Ottawa
3 min

Mystery of the man

Are these authentic Francis Bacon documents?

MAKIN' BACON? Included in Joule's donation is a mounted reproduction of Diego Velasquez's Portrait of Innocent X (1650), with added scratching and colour. Credit: Capital Xtra files

Francis Bacon has long been considered one of the most important painters of the 20th century.



So it should come as no surprise that when the National Gallery Of Canada was offered a stack of potential source material related to one of the legendary queer artist’s paintings in its permanent collection, the gallery jumped at the chance to further the study of Bacon’s work.



The material, which consists of some half dozen individual documents, will become part of the National Gallery’s Library And Archives collection, where it will be available for study by scholars.



The small collection was donated in late August by Barry Joule, a Canadian who was the painter’s friend and neighbor during the last 14 years of his life.



The documents appear to be directly related to Bacon’s Study For Portrait No 1, an oil painting of a pope owned by the National Gallery Of Canada (purchased from Bacon’s gallery in London in 1957 by then-gallery director Allan Jarvis, who was also gay). Included is a heavily worked-over image of Diego Velasquez’s 1650 Portrait Of Innocent X, which inspired Bacon’s famous series of pope portraits.



Currently, the National Gallery is presenting an exhibition of two of the donated items, along with Bacon’s painting Study For Portrait No 1, a film entitled The Other Francis Bacon (1999) and a suite of photographs by Montreal artist Sorel Cohen inspired by Bacon.



The exhibition will continue to be shown at the National Gallery, in room C215a of the museum’s European wing, until Oct 24.



Bacon, born in Ireland in 1909 to English parents, spent much of his youth traveling back and forth between Dublin and London.



After his homosexuality was discovered by his family in 1925, Bacon left home and spent time in Berlin and Paris, before ultimately returning to London to begin his work as an interior designer.



Inspired by an exhibition of works by Pablo Picasso – an influence on much of Bacon’s art, along with the work of Velazquez and the Surrealist movement – the largely self-taught artist began to paint. He achieved his first major critical success with his painting Three Studies For Figures At The Base Of A Crucifixion in 1944.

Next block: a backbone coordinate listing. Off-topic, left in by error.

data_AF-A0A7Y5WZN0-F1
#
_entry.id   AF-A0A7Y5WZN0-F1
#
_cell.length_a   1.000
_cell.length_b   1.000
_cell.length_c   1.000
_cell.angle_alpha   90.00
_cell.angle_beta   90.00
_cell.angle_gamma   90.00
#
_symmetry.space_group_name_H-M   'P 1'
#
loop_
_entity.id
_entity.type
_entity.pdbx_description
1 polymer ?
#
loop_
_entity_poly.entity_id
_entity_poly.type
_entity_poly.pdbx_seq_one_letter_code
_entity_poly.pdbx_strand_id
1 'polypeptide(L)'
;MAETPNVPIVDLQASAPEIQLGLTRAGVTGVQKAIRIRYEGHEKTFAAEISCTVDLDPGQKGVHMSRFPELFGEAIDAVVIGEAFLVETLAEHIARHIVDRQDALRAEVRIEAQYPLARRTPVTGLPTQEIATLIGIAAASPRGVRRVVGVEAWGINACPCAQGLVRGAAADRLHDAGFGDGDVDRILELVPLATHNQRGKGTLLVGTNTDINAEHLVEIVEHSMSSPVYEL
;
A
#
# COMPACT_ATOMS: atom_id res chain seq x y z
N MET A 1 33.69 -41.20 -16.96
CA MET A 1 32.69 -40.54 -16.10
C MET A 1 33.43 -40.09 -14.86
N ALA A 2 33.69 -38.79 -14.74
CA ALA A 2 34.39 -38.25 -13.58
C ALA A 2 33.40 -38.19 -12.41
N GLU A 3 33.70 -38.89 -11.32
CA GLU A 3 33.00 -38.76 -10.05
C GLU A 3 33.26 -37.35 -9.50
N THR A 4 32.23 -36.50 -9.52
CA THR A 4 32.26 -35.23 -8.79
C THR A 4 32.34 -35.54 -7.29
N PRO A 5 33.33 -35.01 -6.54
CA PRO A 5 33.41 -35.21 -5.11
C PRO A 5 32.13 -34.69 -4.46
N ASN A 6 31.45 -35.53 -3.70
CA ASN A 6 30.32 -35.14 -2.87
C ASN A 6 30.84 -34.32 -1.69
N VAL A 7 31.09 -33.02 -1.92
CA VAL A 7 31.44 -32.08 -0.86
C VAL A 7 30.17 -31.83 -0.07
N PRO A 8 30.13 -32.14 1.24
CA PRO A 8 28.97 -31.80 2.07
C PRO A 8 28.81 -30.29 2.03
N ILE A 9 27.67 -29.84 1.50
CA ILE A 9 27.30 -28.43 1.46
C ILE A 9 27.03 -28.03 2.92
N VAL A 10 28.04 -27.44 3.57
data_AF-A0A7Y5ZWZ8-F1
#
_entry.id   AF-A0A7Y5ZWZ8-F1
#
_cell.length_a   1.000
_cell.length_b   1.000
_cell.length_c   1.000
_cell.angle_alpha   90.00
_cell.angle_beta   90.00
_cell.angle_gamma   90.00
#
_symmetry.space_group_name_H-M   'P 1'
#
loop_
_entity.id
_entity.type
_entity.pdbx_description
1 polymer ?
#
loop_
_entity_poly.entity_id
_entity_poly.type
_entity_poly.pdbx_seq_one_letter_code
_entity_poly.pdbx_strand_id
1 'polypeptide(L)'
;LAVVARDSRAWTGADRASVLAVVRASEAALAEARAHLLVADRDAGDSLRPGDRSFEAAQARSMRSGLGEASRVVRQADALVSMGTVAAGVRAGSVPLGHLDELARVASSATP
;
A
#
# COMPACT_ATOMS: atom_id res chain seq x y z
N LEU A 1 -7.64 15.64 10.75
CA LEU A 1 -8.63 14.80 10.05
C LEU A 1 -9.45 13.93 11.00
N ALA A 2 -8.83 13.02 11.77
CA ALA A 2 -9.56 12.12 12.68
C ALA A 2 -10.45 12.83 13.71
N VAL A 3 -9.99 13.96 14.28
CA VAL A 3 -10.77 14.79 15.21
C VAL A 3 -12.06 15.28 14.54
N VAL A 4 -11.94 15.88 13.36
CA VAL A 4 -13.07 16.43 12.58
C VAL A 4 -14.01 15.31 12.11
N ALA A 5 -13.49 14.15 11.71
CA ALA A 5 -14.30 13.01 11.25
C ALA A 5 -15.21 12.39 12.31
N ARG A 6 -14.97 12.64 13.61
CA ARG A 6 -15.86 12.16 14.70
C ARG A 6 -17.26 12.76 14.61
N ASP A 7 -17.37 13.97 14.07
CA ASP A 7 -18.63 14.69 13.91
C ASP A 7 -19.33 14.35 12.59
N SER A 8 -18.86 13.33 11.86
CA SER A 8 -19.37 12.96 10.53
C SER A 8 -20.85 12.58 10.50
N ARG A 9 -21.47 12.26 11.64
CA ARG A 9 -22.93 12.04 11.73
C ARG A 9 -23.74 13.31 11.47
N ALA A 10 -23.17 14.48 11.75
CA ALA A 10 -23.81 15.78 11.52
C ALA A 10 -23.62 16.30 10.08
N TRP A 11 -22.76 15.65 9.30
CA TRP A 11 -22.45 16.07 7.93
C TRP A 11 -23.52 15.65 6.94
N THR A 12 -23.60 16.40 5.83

Joule donated most of his collection of Bacon-related source material, sketches and photographs to the Tate Gallery in London last fall, and he recently gave a second group of items related to Pablo Picasso to the Musée Picasso in Paris.



But some art historians and critics – and even Bacon’s estate – have raised doubts regarding the authenticity of much of Joule’s collection.



Joule, however, has maintained the legitimacy of the material, which he says Bacon gave to him for safe-keeping before the artist left for Spain, three days before his death in April, 1992.



“The main part of the struggle is that he said all of his life that he didn’t draw and that he didn’t prepare,” Joule says of Bacon. “I had difficulties with the estate, perhaps because if the material is authenticated, and I sold it, suddenly you’d have a lot of Francis Bacons on the market, which could affect the value of the final paintings, which are very, very expensive.”



Diana Nemiroff, curator of Modern Art at the National Gallery and organizer of the exhibition, adds that the material donated by Joule to the gallery “merits further research” and could be used as “a tool to help us understand the creative process of this artist who in many ways remains enigmatic since his death.



“It will take many hours of scholarly research to unravel the exact role the material found in the studio played in the conception and execution of [Bacon’s] finished paintings,” she says.



In the meantime, although the debate over the legitimacy of Joule’s collection may continue, Bacon’s status as a 20th-century master and a visionary queer artist is unquestioned.



“And I think that’s because of the mystery of his work, the mystery of the man and the greatness of his work,” Joule says. “I think that his art just stays up there with the great artists of the 20th century – or even the great masters – it’s work that endures, it has a resonance for people and they are curious.”



FRANCIS BACON.

Until Oct 24.

10am–5pm, Wed–Sun. 10am–8pm, Thu. Closed Mon–Tue.

Room C215a, European wing.

National Gallery Of Canada (380 Sussex Dr).

Included in general admission to gallery; $6/adults, under 12 free.